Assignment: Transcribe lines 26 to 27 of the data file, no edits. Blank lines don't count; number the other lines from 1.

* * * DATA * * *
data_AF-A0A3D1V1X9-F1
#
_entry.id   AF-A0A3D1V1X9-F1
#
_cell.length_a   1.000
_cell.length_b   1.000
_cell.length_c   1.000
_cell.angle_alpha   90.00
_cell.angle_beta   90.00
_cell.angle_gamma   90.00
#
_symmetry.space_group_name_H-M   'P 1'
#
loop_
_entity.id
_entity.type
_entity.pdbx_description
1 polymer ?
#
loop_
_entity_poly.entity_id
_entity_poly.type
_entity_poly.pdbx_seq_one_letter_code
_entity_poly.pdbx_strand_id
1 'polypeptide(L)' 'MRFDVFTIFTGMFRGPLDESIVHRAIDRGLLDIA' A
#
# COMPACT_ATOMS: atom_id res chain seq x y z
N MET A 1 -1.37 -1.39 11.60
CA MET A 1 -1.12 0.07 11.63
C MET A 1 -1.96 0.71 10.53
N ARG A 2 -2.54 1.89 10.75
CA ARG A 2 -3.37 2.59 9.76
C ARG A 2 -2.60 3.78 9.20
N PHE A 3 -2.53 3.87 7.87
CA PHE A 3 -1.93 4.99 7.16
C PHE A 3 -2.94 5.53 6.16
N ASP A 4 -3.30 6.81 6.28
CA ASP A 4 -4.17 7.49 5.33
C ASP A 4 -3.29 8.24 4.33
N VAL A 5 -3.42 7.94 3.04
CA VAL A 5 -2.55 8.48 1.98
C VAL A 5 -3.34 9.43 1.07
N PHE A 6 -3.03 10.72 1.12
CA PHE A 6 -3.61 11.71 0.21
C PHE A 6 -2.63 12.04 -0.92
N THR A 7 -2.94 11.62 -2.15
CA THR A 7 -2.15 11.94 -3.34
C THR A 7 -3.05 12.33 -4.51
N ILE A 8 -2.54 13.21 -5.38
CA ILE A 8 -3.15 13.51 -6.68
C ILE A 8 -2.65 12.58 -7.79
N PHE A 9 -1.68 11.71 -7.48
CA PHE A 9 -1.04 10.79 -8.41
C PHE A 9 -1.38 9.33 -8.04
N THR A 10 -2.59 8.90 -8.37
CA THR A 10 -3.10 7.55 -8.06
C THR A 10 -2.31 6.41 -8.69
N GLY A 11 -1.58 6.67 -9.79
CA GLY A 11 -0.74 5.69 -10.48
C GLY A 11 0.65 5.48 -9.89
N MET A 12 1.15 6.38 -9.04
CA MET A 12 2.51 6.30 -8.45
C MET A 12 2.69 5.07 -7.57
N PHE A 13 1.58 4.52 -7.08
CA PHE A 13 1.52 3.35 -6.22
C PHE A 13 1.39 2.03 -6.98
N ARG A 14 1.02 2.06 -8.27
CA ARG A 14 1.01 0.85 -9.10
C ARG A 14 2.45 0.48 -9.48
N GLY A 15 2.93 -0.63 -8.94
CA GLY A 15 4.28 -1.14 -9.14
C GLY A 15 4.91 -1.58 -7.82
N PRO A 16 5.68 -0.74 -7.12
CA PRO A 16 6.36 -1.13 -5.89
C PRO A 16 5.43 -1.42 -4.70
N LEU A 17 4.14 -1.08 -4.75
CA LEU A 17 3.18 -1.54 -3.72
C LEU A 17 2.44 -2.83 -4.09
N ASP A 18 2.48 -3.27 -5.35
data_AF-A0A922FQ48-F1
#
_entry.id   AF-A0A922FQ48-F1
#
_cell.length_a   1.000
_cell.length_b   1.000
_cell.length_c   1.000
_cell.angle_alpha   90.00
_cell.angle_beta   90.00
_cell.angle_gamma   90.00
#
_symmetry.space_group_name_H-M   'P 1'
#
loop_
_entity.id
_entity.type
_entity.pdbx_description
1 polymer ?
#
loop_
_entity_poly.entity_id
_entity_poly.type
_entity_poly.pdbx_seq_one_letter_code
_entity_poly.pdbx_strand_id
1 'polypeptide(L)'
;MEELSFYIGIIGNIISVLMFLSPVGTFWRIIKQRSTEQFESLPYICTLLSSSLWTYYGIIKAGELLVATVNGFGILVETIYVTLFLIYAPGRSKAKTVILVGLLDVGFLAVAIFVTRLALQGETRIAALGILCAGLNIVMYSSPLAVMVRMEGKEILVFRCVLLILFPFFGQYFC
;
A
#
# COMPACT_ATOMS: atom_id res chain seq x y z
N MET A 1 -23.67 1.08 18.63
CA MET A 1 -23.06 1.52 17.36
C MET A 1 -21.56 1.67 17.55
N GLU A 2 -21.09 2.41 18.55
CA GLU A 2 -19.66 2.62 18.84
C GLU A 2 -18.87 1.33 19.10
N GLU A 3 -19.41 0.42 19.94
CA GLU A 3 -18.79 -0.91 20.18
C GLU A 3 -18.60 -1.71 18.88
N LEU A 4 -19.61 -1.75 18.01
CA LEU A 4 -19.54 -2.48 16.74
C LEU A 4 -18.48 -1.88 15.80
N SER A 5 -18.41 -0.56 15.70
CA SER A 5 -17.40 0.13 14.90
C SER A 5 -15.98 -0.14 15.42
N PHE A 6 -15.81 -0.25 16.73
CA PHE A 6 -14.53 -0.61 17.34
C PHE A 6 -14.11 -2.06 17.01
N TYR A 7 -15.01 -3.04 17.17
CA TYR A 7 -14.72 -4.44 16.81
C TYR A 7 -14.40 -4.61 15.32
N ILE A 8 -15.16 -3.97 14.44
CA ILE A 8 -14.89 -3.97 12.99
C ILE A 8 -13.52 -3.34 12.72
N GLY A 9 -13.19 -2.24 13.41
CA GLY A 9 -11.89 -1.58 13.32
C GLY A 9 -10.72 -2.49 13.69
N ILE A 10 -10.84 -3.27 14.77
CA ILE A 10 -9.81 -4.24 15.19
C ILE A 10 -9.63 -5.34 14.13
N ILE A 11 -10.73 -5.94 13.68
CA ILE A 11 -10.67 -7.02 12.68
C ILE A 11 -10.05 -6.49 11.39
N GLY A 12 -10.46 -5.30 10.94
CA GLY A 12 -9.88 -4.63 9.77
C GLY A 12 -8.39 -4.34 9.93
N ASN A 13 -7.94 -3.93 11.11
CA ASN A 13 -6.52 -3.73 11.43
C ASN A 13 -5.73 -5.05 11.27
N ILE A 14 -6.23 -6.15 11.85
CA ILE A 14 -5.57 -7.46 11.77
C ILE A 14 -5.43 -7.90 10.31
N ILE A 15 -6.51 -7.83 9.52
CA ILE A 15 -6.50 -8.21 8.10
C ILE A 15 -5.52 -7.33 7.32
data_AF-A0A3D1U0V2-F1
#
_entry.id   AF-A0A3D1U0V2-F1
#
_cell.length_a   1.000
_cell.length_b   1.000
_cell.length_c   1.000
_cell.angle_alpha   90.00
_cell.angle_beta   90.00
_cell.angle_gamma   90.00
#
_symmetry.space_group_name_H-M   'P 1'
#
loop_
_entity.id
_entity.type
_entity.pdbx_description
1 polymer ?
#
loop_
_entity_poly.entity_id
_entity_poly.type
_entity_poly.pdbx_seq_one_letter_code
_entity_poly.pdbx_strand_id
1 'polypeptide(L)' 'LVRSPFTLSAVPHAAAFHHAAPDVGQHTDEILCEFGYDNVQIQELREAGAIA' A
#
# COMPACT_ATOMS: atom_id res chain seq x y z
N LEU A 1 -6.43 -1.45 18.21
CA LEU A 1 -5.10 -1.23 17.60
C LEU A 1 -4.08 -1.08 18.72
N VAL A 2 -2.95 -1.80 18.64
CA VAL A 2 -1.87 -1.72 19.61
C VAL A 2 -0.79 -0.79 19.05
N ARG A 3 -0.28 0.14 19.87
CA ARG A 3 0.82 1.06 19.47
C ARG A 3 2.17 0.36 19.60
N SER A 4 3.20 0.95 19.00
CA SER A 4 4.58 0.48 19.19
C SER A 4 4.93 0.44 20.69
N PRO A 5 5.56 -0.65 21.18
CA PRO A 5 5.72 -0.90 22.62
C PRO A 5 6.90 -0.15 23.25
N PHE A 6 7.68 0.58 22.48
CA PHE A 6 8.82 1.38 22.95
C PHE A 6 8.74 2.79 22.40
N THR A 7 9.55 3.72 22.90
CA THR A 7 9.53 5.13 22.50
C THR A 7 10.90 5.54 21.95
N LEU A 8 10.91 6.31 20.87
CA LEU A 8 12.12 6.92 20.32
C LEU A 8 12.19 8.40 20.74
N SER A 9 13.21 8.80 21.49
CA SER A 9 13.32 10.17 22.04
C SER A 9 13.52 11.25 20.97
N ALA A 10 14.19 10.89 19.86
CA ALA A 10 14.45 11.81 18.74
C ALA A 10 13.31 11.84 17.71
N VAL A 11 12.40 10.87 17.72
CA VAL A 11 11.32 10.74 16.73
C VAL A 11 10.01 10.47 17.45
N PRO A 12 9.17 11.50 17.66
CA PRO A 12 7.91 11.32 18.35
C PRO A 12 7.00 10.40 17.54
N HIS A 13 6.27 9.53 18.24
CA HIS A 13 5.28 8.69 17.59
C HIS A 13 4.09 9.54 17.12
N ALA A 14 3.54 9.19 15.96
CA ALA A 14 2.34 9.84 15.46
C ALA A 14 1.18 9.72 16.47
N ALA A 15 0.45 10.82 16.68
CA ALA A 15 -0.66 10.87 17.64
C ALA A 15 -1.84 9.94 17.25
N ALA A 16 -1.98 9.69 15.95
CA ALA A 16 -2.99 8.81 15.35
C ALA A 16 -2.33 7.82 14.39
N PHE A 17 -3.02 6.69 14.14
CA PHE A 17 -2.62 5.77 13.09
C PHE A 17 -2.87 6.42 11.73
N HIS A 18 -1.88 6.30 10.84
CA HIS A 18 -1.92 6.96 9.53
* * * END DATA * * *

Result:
#
# COMPACT_ATOMS: atom_id res chain seq x y z